Reflections on the Burundi Genocide
University of South Florida, Tampa, Florida.
Oral History Item Type Metadata
Looking back at what happened to my country and to my family back in 1993, I feel that that country and that people has underwent such a genocide which was not covered by the media, like I told you before. Which is still struggling in order to make this, first of all, known, even though there was a United Nations technical commission for inquiry, which went and did a survey, actually a study on that, and concluded that there was that genocide. So since 1993, there has been going that genocide. It’s sort of—it’s still ongoing. It’s an ongoing genocide, because even today that we are talking, there are rebels built up by the then-ruling party—the FRODEBU Party, which was majority Hutus—who are still killing people within the country. So looking back to that is something that I can’t—I can’t really stand.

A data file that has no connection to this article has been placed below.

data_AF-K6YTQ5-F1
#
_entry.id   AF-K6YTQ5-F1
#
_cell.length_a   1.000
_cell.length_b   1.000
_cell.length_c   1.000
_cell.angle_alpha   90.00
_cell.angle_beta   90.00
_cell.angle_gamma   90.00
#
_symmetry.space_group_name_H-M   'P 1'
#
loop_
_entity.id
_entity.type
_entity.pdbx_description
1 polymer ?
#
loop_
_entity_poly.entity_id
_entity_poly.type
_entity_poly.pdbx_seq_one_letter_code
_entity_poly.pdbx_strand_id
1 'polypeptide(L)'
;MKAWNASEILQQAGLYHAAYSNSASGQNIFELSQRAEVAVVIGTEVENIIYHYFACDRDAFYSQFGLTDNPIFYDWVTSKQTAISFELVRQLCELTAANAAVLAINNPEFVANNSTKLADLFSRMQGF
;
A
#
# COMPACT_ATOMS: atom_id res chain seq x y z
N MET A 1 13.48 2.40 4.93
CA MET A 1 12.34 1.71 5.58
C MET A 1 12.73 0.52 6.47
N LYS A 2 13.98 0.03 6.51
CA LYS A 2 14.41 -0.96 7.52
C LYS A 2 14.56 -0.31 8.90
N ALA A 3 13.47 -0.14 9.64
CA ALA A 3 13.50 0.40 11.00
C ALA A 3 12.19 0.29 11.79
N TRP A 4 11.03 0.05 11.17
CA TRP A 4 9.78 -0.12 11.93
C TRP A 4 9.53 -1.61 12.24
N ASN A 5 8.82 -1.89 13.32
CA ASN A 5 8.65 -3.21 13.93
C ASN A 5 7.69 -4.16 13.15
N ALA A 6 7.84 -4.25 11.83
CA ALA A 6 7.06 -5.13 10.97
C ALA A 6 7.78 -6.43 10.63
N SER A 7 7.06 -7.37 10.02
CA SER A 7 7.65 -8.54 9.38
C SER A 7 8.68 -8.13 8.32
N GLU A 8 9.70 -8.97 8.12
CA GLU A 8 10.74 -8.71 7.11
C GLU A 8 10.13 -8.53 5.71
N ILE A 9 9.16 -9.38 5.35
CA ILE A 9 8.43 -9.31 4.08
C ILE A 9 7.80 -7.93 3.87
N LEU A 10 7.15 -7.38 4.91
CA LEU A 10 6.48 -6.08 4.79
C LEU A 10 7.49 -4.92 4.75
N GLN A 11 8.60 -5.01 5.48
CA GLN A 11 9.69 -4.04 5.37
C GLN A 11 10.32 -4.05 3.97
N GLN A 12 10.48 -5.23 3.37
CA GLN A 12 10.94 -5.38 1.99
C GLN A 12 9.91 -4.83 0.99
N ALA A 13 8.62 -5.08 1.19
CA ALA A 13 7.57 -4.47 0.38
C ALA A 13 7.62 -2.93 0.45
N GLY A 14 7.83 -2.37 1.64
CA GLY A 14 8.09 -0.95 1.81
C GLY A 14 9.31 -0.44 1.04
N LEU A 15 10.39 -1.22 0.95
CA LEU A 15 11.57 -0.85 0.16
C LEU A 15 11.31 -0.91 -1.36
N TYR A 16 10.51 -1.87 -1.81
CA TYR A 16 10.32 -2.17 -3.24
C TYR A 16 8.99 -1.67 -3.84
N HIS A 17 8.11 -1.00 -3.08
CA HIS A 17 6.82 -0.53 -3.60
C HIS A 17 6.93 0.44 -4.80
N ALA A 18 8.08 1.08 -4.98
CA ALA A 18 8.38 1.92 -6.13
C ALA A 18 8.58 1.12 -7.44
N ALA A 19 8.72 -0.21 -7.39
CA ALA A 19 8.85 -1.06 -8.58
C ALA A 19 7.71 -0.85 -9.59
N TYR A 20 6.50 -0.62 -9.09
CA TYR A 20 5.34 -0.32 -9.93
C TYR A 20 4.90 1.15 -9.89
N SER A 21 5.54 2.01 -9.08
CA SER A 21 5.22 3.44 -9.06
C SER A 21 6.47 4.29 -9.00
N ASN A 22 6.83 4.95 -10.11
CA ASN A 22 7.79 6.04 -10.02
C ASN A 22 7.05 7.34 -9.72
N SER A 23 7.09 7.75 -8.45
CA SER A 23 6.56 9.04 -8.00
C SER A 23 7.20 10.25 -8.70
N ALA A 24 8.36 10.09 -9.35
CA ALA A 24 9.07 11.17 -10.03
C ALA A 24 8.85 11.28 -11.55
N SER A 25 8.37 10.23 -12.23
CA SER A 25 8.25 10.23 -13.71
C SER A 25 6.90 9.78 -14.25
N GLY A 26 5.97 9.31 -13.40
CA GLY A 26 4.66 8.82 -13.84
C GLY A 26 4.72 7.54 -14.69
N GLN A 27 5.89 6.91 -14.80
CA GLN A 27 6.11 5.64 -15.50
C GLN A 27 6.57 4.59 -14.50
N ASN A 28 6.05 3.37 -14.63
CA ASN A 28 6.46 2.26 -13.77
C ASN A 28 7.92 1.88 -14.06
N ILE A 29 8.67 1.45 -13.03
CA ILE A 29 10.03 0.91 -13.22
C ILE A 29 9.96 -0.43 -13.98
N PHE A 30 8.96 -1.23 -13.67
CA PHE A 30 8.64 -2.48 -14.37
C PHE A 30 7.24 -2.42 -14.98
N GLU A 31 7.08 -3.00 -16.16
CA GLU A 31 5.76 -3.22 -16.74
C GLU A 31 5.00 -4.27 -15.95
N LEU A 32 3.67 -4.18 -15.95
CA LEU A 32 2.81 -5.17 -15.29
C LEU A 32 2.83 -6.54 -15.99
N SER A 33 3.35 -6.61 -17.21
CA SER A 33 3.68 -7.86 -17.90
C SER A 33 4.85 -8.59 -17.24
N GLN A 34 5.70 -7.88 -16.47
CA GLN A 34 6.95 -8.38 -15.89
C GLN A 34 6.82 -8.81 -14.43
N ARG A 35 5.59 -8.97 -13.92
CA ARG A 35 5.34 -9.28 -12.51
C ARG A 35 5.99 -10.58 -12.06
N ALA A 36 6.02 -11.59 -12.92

I think that to people who committed the atrocities, it would be fair and it would be towards a national reconciliation to bring them before justice, to be judged and punished for what they did, if they are to be punished according to the laws of the country and according to the laws of the world. I mean, there are international laws on genocides and so forth.